Goals for Gillian: How a hockey mom's family grew as she battles cancer
The first thing I noticed about Gillian Friesen was her smile: shy, but friendly.
Then I noticed her hair, patchy from the cancer treatments and the chemotherapy.
In the pictures and video I'd seen of Gillian before our meeting, she always wore a touque.
I didn't ask, but it felt like she wanted me to see this. She wanted us all to see this: the scars that mark the fight for her life.
She tells me almost as soon as we meet, she has stage three brain cancer. It's incurable.
Gillian Friesen is 48, a young grandmother with two grown daughters. Her son Ryan is a teenager.
And always near is her husband Ron -- or as she calls him, Ronnie.
This tight-knit family added a few new members this year. A hockey team, in fact: the Manitoba Southeast Blizzard.
They're Ryan Friesen's teammates and friends, a group of 13- and 14-year-olds who have shown a province -- and now a country -- what it truly means to work as a team.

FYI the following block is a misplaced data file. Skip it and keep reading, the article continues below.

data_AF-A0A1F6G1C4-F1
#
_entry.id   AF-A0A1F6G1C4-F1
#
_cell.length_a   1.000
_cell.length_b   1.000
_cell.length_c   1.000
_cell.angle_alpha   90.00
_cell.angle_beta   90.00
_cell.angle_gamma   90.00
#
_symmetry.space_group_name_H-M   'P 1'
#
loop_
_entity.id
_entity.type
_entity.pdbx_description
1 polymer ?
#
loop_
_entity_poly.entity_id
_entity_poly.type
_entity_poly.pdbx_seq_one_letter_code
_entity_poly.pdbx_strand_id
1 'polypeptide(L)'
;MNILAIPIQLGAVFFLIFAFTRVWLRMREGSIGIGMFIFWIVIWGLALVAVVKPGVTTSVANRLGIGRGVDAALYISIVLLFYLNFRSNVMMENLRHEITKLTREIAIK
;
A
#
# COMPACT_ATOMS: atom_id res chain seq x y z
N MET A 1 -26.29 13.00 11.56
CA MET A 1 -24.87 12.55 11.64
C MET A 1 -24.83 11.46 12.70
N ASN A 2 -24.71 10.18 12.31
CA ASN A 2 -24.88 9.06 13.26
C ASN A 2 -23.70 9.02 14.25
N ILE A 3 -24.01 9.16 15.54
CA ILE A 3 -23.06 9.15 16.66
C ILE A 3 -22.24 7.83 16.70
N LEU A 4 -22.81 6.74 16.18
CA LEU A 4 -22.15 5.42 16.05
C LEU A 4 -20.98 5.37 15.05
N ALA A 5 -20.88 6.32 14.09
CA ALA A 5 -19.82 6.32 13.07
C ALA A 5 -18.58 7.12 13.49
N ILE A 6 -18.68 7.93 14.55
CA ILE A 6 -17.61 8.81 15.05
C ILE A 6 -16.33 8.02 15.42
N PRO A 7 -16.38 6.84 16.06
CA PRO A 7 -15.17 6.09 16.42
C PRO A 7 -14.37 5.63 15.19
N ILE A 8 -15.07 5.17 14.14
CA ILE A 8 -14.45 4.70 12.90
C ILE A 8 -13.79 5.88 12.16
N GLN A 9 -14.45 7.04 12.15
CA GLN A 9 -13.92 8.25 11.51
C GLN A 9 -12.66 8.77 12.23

It started with a discussion in the change room. I'm told every player raised a hand when asked if cancer had touched their lives.
That's when the coach and the team, came up with a plan to raise money for cancer research and support the Friesens' fight.
In December, the Blizzard launched "Goals for Gillian."
Each player went door to door collecting pledges, which would translate into cash with each goal scored on the ice.
Between December and the last game played this week, the team has raised more than $7,000, and that amount has been matched by a group called Brain Canada, bringing the most recent total to $14,383.
For the Friesens, it's the effort that has meant so much.
They know people care. They can see it. And Gillian Friesen can feel it.
She told me she once took each day for granted. She doesn't anymore.
And some of her happiest days have been at the rink.
She's attended so many hockey games this season, cheering from the stands for her son -- and a group of boys she's come to think of as her family.